Liked by 1 person

      2. Dear Rochelle,
        The android dog was cuddly, with a short-haired and sleek silvery-grey coat.
        As for analysing your dream… it’s funny about recurring dreams. I’ve had a few of them on the go over several years.
        Many moons ago, I made a habit of recording my dreams and it proved very interesting. Often, over a two-week period, I realised that all the different dream scenarios were trying to tell me one thing. You ought to try it sometime. It might even produce an explanation for the recent transformation of the house and the attic in your dream.
        All best wishes,


    1. Thanks, Iain 🙂 I guess that traffic cops are so used to hearing imaginative excuses for various offences, that it wouldn’t necessarily cross their minds (until it was too late) that truth could be stranger than fiction!

      Liked by 1 person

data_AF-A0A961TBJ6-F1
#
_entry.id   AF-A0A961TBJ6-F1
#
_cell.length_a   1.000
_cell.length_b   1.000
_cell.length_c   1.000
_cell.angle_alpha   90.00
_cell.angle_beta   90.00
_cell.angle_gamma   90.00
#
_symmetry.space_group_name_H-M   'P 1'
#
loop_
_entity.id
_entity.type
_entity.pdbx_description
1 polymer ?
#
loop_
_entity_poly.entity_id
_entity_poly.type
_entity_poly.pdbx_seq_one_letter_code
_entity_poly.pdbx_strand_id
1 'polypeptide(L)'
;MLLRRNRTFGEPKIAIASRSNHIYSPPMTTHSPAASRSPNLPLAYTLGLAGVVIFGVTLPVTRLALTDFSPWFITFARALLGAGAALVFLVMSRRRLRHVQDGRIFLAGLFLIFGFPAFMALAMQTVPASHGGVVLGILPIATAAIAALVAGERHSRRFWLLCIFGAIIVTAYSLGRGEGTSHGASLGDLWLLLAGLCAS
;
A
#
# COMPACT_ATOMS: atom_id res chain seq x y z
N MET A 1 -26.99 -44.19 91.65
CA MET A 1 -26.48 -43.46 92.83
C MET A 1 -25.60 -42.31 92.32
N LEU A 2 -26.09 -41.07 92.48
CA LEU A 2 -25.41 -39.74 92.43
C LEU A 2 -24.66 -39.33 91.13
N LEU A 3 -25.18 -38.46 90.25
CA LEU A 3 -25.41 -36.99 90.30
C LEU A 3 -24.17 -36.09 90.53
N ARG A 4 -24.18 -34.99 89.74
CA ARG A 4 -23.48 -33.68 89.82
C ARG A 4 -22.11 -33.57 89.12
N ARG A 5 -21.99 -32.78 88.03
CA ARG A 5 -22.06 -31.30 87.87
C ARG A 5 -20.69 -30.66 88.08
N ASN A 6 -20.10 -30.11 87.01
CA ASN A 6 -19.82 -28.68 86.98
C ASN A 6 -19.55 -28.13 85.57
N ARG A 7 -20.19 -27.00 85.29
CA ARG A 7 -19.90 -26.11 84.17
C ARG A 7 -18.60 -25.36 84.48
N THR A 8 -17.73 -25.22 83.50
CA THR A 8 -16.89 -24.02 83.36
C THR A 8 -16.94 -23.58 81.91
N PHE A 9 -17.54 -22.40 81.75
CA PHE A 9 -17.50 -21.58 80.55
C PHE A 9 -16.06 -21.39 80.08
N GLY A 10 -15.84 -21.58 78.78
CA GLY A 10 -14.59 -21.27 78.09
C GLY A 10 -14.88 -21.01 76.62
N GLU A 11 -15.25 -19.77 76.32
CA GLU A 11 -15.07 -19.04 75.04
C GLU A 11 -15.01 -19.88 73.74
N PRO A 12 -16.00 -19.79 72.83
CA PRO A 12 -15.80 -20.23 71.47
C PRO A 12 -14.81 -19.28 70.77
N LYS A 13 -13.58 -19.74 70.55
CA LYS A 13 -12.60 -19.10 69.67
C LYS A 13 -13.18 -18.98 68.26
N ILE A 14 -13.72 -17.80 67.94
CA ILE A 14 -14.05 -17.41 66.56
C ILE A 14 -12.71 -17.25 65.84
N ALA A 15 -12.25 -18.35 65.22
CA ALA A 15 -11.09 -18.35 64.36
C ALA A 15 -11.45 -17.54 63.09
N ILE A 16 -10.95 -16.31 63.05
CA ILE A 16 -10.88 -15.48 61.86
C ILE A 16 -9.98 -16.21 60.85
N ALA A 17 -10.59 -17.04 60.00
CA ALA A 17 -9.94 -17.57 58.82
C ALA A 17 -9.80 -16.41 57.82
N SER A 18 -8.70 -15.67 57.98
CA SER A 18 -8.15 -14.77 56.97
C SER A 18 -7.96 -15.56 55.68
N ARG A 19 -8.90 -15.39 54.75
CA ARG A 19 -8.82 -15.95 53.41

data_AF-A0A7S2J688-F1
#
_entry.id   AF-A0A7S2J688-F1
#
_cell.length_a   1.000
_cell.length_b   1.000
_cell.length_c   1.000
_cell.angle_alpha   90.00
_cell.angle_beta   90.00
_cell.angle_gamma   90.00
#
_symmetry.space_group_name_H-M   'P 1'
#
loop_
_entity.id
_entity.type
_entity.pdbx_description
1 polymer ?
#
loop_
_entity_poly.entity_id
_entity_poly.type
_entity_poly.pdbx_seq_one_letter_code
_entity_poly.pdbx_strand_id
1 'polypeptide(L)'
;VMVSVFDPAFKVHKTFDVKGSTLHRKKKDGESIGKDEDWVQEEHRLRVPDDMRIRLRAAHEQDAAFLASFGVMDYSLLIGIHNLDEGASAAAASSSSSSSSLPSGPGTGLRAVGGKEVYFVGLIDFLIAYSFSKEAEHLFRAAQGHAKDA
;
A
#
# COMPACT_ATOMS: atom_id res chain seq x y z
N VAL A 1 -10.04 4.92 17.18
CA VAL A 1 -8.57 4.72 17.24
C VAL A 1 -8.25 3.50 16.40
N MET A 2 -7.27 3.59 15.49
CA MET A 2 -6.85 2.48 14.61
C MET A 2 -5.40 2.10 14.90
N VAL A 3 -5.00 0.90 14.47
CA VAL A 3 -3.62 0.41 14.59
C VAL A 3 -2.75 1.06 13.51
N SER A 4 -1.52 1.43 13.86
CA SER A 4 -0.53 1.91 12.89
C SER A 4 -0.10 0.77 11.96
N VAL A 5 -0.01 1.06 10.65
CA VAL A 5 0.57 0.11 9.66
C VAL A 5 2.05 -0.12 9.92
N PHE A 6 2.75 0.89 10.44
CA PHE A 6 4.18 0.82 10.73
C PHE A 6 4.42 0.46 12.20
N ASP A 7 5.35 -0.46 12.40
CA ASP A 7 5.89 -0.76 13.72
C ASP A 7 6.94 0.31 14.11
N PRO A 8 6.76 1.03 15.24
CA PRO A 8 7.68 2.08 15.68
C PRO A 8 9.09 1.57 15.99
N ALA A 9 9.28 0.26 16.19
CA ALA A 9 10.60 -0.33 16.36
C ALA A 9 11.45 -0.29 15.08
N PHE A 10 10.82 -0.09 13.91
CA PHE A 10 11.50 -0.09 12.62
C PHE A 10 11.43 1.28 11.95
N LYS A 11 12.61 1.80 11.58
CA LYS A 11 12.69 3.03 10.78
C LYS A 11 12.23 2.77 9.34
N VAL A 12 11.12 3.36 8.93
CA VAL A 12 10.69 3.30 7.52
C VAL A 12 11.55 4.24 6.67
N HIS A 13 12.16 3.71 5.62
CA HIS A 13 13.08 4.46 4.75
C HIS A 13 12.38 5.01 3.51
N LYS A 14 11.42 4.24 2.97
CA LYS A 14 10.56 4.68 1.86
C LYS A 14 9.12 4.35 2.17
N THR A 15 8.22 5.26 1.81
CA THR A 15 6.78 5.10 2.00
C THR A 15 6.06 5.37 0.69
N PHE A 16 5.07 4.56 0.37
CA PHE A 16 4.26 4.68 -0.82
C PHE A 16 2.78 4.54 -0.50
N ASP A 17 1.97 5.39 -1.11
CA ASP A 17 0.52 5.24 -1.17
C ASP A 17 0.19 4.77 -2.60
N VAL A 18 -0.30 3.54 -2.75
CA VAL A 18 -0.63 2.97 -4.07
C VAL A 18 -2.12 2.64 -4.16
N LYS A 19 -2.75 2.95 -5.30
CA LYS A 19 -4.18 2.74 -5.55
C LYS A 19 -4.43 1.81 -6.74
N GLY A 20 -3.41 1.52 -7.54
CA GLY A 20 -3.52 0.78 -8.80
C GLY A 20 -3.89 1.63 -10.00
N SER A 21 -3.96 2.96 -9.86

1. The image belonged to someone called Al Forbes and was the photo prompt for Friday Fictioneers. I did credit him with it at the foot of the post, but perhaps you missed that. I agree, it is a very funny image that definitely called for a black comedy response!

      Liked by 1 person

  5. Well done! That makes me think of the Stephen King short story called Mile 81 with the car that…ate people. LOL.
    Anyways, what an incredible twist and masterful storytelling. Well done, you!

    Liked by 2 people

    1. Thanks 🙂 As I’ve just said in reply to another comment by Alicia Jamtas that I’ve never read Mile 81, which just goes to prove that great and less great writing minds think alike (the greater one being Stephen King, of course). Am glad to know that I get similar ideas to those belonging to such a master of storytelling.